Angela Calabrese Barton, professor of teacher education and a recognized leader in science education at Michigan State University, will be honored as an American Educational Research Association (AERA) Fellow during the organization’s Annual Meeting on April 28, 2017.
Calabrese Barton is among 14 scholars who are are being commended for their contributions to and achievements in research in their dedicated fields. Calabrese Barton has focused her scholarly work on equity and social justice in science teaching in formal and informal learning environments.
“My research thinks about teaching and research methods that lead toward a more just world,” Calabrese Barton says.
Among other projects, she is currently engaged in a four-year study that aims to teach engineering practices in middle school in an equitable way for all. She has been developing and promoting materials for informal and formal settings along with Edna Tan, a former post-doctoral student at MSU and now associate professor at the University of North Carolina at Greensboro, and Associate Professor Scott Calabrese Barton in the MSU College of Engineering for the “iEngineering” project funded by the National Science Foundation.
Calabrese Barton was named a William T. Grant Foundation Distinguished Fellow in 2015; the program recognizes mid-career researchers and gives them an opportunity to be immersed in practice settings. In her term from 2015-17, she has been working with museums and other organizations to create equity-oriented making and makerspaces. She was part of the design team that helped create the Impression 5 Science Center Think Tank, a youth makerspace, and is also working with the Exploratorium in San Francisco to learn more about how they bring tinkering pedagogies into community settings. Calabrese Barton remains actively involved with GET City, an after-school science program for Lansing youth she designed 10 years ago in collaboration with the Boys and Girls Club of Lansing.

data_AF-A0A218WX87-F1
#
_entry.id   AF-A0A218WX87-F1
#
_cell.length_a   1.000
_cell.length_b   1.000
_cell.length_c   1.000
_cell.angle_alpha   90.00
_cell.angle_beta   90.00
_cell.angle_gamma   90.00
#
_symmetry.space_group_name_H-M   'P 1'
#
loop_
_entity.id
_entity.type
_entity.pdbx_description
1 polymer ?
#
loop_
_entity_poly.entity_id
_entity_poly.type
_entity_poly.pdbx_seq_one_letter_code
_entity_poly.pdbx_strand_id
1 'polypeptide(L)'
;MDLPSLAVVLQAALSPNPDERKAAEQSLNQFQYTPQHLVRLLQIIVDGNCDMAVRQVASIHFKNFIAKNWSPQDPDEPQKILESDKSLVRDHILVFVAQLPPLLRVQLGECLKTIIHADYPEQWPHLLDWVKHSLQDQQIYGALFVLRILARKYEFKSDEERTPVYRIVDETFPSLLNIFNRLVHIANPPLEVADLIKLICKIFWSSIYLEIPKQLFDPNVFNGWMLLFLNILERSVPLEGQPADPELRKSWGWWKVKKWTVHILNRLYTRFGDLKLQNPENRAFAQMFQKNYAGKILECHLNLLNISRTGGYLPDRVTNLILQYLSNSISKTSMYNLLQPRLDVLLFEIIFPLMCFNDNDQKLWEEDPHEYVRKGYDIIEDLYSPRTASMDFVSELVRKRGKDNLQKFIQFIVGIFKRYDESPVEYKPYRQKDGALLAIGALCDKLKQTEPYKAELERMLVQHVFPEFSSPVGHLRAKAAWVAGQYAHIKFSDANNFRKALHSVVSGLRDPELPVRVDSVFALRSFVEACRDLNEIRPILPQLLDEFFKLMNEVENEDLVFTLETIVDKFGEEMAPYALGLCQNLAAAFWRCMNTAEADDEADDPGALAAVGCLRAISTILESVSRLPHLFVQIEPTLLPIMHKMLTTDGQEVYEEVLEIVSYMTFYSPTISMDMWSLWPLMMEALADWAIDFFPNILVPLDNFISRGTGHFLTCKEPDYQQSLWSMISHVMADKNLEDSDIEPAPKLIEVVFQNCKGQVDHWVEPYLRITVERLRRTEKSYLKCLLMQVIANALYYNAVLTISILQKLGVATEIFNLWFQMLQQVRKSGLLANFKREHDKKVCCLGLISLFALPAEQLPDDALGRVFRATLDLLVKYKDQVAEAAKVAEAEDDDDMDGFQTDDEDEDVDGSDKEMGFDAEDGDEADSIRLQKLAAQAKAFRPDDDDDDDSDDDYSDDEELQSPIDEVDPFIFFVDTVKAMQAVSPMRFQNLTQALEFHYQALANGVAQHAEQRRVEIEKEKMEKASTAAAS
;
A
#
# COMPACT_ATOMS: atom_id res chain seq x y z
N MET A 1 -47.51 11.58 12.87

Calabrese Barton has been at MSU for 11 years, and during that time, has made her mark. Among other accolades, she has received the William J. Beal Outstanding Faculty Award (2015) and the Service-Learning and Civic Engagement Award (2014). She is also a core faculty member in the Center for Gender in Global Context.
“I was surprised, humbled,” she says about receiving the AERA Fellowship, for which she was nominated by peers. “No research is ever completely solo—this award doesn’t recognize those whom I have collaborated with and learned from. We’re all researchers and participants.”
The Class of 2017 AERA Fellows were nominated by peers, selected by the AERA Fellows Committee and approved by the AERA Council. The class also includes Suzanne M. Wilson, former chairperson of the Department of Teacher Education at MSU, who is currently the Neag Endowed Professor of Teacher Education at the University of Connecticut.
Learn more about the iEngineering project.